The interview process is increasingly becoming a lengthy, highly detailed and in some cases stressful experience for candidates. We all have our nightmare interview stories, but hearing some of the experiences of candidates it seems to be that it is standard practice now for candidates to be very flexible and go out of their way for a job they have no guarantee of getting.
How often as a candidate have you been asked to attend a lengthy interview process of several hours, do a telephone interview outside normal business hours, travel to the company’s head quarters miles away from where the job is based or be subjected to high numbers of interviews for the same role.
The problems these nightmare interview practises create amount to the fact that if you are unemployed and seeking a new job, you may not be able to afford things like long distance travel at short notice. Equally if you are employed and are seeking to change your job, you may not have the time – either holiday or personal, to get to interviews at short notice or take part in a longer process.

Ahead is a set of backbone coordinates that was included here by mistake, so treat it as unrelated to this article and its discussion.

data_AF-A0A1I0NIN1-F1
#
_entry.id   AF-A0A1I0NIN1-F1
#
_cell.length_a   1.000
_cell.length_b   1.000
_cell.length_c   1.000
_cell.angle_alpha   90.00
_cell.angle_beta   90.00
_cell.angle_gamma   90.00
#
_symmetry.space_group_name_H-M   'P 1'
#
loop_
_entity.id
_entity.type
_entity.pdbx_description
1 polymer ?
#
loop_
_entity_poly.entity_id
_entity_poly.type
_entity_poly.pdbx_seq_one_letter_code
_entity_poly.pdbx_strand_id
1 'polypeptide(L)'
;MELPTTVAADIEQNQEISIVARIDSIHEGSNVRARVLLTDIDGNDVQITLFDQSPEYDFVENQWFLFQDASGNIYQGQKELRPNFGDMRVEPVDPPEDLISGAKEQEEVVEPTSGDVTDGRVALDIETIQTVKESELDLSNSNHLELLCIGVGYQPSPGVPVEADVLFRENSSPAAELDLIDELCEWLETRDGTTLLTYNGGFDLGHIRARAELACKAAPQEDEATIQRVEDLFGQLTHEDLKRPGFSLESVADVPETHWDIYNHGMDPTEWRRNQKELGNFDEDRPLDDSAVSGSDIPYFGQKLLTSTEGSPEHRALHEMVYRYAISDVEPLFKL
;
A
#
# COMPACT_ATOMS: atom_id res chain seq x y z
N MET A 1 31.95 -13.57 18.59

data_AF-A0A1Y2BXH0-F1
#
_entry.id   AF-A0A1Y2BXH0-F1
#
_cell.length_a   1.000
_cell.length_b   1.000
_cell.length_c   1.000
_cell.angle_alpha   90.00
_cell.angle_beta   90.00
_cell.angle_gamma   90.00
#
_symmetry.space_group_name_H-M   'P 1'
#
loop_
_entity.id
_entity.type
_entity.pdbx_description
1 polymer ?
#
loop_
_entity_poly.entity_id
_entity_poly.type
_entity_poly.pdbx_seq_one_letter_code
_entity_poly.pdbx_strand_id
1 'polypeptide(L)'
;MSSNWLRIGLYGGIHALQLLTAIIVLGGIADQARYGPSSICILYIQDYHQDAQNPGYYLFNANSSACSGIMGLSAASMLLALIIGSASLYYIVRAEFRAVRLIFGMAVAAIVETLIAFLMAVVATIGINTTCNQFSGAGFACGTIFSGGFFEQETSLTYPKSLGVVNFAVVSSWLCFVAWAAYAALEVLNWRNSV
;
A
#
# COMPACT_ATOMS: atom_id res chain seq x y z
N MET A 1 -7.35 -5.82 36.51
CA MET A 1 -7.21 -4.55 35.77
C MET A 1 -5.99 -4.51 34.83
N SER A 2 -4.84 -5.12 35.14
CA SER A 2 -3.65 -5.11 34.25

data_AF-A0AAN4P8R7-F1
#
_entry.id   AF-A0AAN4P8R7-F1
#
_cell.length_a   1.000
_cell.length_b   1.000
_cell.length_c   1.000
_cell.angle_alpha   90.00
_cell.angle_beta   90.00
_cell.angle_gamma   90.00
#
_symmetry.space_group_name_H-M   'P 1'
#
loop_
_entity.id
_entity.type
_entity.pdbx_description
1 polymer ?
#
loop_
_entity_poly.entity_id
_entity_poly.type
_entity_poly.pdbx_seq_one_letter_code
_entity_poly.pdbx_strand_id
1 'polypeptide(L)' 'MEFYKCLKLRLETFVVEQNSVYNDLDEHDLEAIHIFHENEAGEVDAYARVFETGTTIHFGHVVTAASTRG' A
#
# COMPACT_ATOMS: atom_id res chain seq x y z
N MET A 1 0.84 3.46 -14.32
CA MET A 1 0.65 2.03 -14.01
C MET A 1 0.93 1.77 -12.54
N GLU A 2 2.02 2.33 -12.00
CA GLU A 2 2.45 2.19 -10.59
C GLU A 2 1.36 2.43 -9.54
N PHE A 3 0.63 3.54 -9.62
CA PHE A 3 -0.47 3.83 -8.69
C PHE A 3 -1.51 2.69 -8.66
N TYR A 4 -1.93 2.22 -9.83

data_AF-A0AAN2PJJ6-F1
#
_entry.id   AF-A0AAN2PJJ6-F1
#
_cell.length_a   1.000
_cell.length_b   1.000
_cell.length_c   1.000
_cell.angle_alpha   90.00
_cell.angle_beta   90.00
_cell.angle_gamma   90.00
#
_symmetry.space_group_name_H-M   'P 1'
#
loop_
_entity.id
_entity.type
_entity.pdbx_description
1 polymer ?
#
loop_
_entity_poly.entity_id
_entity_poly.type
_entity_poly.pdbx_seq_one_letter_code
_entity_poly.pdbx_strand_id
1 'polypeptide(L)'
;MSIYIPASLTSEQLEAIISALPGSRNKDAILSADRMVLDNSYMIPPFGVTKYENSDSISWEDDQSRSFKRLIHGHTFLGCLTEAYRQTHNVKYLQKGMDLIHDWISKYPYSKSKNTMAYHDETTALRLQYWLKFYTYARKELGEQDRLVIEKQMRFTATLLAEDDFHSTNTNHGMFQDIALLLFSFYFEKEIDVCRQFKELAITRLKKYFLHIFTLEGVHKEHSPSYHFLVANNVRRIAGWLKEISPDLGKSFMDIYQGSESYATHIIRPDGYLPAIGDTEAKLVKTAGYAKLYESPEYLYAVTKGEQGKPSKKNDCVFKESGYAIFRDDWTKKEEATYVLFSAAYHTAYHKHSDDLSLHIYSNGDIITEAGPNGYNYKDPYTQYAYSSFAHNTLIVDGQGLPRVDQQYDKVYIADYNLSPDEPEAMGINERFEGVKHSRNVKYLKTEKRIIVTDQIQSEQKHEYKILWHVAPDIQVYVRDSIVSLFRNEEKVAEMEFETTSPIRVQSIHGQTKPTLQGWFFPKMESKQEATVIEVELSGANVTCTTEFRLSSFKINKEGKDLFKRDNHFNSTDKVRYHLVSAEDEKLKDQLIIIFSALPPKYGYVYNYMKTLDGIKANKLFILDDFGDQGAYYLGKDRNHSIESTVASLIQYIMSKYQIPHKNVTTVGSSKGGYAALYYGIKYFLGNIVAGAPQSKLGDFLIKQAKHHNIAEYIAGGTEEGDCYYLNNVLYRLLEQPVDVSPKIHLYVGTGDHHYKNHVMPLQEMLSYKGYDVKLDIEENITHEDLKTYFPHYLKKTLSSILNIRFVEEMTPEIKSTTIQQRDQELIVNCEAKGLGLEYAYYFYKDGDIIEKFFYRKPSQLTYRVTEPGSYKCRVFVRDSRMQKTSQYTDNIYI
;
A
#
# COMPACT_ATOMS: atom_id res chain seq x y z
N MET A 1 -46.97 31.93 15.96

But should you have to do this? Should candidates expect to have to be more flexible in their approach to interviews and be prepared to exceed the normal level of commitment in order to land that job?
We asked Phil Roebuck, Chief Executive of Webrecruit, for some tips to help try and get around and avoid those nightmare interviews:
Ask questions such as “Why do I need to travel there?”, “Is it necessary to travel there?” but whilst retaining a degree of professionalism and seeming flexible. It may be there is a simple reason which makes you feel better about the need to travel so far. It could also give you an indication as to how you are faring in the interview process, i.e. are they asking you to travel to the head office to meet the rest of the team before making a job offer. Continue reading “The Job Hunt: How far would you go to get the job you want?” »